The fact that children are comfortable with my art is very important to me. If that wasn't important to me, I could just make my art some other way, like I did before I started making books.
I've always liked reading about the artists in the Renaissance who traveled around painting churches. Their work was considered an essential. They were like plumbers and electricians, they weren't put up on a pedestal. They were artisans, not artists. I'm convinced that we put artists up on pedestals because then we don't have to deal with them.
One thing that I love is that children don't put me up on a pedestal. The only time children are shy with me is when they're with their parents and the parents say, "Here's the man who made all those pictures. Do you want to ask him a question?" And the kid says "No." But when I go to schools, hey, I'm one of the gang. I wear my high-tops.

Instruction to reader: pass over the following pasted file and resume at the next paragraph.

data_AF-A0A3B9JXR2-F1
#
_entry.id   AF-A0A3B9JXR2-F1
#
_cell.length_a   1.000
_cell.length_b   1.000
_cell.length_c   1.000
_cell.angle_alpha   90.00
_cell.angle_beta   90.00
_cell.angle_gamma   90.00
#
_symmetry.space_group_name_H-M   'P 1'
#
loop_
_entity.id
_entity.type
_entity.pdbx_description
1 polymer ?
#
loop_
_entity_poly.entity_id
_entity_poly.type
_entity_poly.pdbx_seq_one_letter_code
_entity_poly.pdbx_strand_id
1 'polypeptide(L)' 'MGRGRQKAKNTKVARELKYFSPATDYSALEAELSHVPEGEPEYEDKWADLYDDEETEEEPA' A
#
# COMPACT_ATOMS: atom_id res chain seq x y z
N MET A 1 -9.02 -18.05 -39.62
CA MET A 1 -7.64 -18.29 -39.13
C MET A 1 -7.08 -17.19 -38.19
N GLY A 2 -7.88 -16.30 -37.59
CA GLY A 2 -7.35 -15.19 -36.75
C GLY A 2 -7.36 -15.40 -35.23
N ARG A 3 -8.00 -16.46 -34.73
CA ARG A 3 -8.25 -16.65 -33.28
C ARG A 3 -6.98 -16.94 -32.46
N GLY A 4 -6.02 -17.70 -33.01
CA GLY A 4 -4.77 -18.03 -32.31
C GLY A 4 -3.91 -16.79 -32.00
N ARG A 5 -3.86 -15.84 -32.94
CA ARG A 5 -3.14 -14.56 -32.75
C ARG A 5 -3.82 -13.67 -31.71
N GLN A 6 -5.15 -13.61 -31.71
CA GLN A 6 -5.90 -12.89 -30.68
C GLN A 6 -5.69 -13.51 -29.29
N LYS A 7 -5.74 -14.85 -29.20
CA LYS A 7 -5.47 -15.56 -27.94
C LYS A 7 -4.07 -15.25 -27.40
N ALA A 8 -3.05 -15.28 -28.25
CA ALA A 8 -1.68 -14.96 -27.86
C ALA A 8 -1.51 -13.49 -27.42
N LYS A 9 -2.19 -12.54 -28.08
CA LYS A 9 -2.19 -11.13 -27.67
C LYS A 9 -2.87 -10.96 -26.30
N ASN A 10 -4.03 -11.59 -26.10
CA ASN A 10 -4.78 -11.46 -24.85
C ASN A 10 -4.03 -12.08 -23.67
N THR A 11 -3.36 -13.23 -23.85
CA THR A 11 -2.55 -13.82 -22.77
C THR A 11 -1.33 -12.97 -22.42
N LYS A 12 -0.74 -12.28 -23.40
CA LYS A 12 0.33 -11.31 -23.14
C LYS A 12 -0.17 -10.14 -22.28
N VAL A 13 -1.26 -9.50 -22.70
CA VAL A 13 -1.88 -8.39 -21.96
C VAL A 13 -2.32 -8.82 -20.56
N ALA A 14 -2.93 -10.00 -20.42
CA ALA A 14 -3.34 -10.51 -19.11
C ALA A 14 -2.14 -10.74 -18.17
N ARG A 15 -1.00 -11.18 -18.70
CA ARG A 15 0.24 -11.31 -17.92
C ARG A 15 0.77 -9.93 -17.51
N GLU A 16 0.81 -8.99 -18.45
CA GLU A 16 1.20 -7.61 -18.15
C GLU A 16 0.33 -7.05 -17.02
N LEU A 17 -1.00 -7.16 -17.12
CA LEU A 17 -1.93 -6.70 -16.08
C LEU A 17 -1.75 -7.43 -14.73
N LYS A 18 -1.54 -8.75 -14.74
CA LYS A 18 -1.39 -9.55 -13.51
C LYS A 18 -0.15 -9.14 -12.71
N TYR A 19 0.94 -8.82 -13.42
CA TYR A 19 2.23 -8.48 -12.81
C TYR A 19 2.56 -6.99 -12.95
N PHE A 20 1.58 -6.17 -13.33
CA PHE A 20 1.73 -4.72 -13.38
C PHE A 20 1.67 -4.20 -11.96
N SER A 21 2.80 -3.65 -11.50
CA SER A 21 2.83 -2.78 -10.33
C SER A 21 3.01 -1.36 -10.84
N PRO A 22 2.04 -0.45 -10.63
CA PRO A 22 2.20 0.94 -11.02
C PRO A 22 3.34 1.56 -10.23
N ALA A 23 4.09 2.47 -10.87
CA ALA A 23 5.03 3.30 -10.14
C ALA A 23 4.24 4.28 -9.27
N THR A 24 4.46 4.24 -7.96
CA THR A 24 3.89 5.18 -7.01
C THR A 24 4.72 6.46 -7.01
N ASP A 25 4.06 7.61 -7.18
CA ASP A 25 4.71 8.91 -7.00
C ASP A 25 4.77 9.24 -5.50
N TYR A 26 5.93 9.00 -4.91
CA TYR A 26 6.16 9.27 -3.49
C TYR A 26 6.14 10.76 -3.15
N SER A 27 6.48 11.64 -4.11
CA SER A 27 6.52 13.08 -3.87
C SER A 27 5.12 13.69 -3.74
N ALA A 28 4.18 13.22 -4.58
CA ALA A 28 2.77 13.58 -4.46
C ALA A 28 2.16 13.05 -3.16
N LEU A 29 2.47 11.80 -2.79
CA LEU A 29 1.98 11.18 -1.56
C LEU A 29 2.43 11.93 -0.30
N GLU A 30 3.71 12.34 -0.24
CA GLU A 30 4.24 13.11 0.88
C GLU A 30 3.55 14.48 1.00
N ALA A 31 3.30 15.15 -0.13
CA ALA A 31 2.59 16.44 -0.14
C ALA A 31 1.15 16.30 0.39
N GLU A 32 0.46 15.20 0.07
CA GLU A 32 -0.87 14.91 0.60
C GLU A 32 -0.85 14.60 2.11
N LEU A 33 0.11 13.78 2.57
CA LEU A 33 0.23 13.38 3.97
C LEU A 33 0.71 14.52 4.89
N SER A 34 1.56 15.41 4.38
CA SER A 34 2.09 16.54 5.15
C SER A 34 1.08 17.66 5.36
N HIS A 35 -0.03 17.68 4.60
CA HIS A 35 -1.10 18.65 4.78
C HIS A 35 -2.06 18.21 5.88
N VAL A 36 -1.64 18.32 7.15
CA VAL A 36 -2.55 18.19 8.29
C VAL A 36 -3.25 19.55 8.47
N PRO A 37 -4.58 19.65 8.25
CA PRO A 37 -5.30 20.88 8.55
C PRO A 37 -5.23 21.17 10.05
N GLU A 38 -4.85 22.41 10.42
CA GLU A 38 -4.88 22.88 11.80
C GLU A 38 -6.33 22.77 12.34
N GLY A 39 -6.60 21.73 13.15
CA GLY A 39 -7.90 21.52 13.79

Sojourners: What do children ask you, when given the chance?
dePaola: The question I get asked the most is, "Where do you get your ideas?" This is a mystery to them. I tell them that I get my ideas from everywhere.
I had to learn how to use all my ideas. Children have ideas, great ideas, but they're always being told, "That's not a good idea," instead of, "That's an interesting idea. Maybe we can't do that; why don't we see why."
Sojourners: You've illustrated several books with spiritual themes, including a book of Bible stories. How do you relate this to your own spirituality? Didn't you pursue a formal religious vocation at one point?
dePaola: I tried my vocation in a Benedictine monastery three different times in my life. People make too much of that, especially when a book like the Bible stories comes out, or the one on miracles and parables. They say, "Oh, he's an ex-monk."